Art Theft: The A Lot Of Fascinating and Famous Cases in History



Art theft is an ancient and complex crime. When you look at the some of the most famous cases of art thefts in history, you see thoroughly planned operations that involve art dealers, art fakers, mobsters, ransoms, and countless dollars. Here you can check out some of the most popular cases of art theft in the history.

The First Theft:
The first documented case of art theft remained in 1473, when two panels of altarpiece of the Last Judgment by the Dutch painter Hans Memling were taken. While the triptych was being carried by ship from the Netherlands to Florence, the ship was assaulted by pirates who took it to the Gdansk cathedral in Poland. Nowadays, the piece is revealed at the National Museum in Gdansk where it was just recently moved from the Basilica of the Assumption.

The A Lot Of Famous Theft:
The most famous story of art theft includes one of the most popular paintings in the world and among the most popular artists in history as a suspect. In the night of August 21, 1911, the Mona Lisa was taken from the Louver. Quickly after, Pablo Picasso was arrested and questioned by the authorities, but was released rapidly.

It took about two years up until the secret was fixed by the Parisian authorities. It turned out that the 30 × 21 inch painting was taken by among the museum staff members by the name of Vincenzo Peruggia, who simply brought it concealed under his coat. Peruggia did not work alone. The criminal activity was carefully carried out by a infamous con male, Eduardo de Valfierno, who was sent by an art faker who planned to make copies and offer them as if they were the initial painting.

While Yves Chaudron, the art faker, was busy producing copies for the famous masterpiece, Mona Lisa was still concealed at Peruggias home. After two years in which Peruggia did not hear from Chaudron, he attempted to make the best from his stolen great. Eventually, Peruggia was captured by the cops while attempting to sell the painting to an art dealership from Florence, Italy. The Mona Lisa was returned to the Louver in 1913.

The Greatest Theft in the USA:
The greatest art theft in United States occurred at the Isabella Stewart Gardner Museum. On the night of March 18, 1990, a group of burglars wearing cops uniforms broke into the museum https://www.youtube.com/playlist?list=PLNxmDR0Lf7eKav0Z4XkSZcWl9N4D2c9qa and took thirteen paintings whose collective worth was approximated at around 300 million dollars. The burglars took two paintings and one print by Rembrandt, and works of Vermeer, Manet, Degas, Govaert Flinck, along with a French and a Chinese artifact.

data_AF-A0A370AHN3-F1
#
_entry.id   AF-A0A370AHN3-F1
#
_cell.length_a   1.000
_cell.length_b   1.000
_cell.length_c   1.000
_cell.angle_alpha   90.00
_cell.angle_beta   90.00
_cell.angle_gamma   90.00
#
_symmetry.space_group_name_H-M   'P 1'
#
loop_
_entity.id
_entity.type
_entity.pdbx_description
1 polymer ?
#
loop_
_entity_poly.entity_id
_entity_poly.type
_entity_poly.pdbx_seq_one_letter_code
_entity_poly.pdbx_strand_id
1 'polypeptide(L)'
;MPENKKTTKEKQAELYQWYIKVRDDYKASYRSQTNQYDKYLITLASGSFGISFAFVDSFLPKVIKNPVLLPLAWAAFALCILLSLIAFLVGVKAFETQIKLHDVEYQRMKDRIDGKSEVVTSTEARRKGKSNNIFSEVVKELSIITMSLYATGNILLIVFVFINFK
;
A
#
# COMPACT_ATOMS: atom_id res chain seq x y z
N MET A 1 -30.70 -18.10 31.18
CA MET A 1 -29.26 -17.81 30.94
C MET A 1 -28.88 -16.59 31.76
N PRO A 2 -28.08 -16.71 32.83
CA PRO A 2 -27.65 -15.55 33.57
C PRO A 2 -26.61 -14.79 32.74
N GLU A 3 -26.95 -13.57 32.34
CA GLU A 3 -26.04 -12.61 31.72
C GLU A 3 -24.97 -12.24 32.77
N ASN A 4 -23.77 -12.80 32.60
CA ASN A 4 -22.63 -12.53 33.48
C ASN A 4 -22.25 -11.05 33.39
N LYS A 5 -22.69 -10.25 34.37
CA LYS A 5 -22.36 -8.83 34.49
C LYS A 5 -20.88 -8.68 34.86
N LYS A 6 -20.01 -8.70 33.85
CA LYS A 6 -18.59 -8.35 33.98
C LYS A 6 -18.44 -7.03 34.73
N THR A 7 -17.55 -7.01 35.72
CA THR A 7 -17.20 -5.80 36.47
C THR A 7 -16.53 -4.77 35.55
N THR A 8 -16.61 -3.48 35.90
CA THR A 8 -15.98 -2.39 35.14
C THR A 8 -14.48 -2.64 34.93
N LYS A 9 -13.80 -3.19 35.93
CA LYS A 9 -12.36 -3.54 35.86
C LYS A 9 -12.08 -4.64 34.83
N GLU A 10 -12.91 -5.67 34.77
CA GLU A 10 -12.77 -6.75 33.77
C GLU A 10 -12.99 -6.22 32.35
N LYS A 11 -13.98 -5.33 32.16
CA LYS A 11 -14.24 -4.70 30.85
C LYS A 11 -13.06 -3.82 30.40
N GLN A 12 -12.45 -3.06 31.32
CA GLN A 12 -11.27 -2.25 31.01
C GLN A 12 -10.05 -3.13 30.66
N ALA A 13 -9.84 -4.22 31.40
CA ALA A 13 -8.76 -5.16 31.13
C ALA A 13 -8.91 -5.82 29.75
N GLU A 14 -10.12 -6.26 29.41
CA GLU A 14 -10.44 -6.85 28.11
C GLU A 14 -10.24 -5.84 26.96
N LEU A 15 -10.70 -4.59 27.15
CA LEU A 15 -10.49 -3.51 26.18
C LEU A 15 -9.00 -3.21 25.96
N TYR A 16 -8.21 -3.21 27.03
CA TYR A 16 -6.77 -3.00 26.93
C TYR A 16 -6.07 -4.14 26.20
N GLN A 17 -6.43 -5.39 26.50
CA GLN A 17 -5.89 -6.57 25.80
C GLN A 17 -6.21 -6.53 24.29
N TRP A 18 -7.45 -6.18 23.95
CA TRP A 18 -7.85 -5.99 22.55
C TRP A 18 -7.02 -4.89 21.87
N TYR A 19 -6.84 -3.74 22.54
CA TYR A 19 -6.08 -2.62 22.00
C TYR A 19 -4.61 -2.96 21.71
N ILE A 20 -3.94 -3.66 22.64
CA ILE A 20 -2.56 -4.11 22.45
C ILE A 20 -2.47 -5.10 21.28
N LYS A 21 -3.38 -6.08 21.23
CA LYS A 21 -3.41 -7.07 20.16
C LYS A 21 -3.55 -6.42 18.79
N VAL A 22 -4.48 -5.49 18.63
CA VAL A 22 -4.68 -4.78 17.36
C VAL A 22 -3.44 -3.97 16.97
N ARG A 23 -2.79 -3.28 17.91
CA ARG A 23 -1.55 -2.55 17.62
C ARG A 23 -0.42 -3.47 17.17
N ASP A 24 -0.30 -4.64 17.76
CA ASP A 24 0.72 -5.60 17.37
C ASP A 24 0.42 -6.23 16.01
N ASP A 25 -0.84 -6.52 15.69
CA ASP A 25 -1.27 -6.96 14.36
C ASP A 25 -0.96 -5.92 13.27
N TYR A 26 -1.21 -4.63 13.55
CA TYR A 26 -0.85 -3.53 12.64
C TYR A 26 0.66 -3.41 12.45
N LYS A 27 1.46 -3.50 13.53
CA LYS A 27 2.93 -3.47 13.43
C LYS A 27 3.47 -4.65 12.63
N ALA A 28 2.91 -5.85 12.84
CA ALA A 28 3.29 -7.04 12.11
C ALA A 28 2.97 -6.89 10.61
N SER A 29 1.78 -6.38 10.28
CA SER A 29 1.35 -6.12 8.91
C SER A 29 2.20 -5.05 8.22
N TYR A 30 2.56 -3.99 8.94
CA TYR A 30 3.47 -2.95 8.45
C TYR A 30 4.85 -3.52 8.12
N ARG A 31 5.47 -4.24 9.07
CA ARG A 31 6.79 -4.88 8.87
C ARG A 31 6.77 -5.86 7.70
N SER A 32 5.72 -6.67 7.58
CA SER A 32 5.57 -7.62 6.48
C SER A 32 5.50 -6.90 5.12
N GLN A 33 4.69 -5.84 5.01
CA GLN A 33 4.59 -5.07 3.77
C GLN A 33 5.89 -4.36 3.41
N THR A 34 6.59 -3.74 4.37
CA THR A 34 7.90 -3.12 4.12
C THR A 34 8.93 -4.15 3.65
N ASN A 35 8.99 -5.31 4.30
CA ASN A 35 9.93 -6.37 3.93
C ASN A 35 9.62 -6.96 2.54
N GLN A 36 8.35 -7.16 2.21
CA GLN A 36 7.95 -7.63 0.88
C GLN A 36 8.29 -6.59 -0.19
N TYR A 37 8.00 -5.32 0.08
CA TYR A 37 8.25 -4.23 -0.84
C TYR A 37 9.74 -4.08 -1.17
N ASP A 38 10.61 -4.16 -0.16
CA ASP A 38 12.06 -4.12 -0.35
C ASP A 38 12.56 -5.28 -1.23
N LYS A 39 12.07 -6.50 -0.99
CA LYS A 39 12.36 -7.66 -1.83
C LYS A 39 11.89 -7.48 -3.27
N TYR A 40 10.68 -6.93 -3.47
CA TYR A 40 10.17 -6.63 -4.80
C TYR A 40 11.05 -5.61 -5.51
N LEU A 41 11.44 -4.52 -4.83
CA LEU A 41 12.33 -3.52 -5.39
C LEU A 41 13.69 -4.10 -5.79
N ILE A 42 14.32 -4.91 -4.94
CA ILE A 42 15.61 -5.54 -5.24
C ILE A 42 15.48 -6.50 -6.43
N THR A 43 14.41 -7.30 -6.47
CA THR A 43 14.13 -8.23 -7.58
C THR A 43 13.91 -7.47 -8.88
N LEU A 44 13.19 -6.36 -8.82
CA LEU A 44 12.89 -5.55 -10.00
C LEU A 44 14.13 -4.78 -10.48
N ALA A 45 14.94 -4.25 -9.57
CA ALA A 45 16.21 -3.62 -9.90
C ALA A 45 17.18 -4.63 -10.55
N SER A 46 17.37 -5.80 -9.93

Since yet, none of the paintings have actually been found and the case is still unsolved. According to recent reports, the FBI are examining the possibility that the Boston Mob in addition to French art dealers are connected to the criminal activity.

The Scream:
The painting by Edvard Munchs, The Scream, is probably the most looked for after painting by art thieves in history. It has been taken two times and was only recently recuperated. In 1994, throughout the Winter Olympics in Lillehammer, Norway, The Scream was taken from an Oslo gallery by two burglars who broke through an open window, set off the alarm and left a note stating: thanks for the poor security.

Three months later, the holders of the painting approached the Norwegian Federal government with an deal: 1 million dollars ransom for Edvard Munchs The Scream. The Government rejected the offer, but the Norwegian authorities collaborated with the British Cops and the Getty Museum to organize a sting operation that brought back the painting to where it belongs.

While Museum authorities waiting for the thieves to demand ransom money, reports declared that both paintings were burned to hide evidence. Eventually, the Norwegian authorities found the two paintings on August 31, 2006 but the truths on how they were recuperated are not understood.


When you look at the some of the most well-known cases of art thefts in history, you see completely planned operations that involve art dealerships, art fakers, mobsters, ransoms, and millions of dollars. The most popular story of art theft involves one of the most well-known paintings in the world and one of the most famous artists in history as a suspect. The crime was thoroughly performed by a infamous con male, Eduardo de Valfierno, who was sent out by an art https://www.crunchbase.com/organization/kurt-criter faker who meant to make copies and sell them as if they were the original painting.

Ultimately, Peruggia was captured by https://foursquare.com/v/kurt-criter/59ae10555161136b77113e4f the police while trying to offer the painting to an art dealer from Florence, Italy. The painting by Edvard Munchs, The Scream, is probably the most looked for after painting by art thieves in history.

Leave a Reply

Your email address will not be published. Required fields are marked *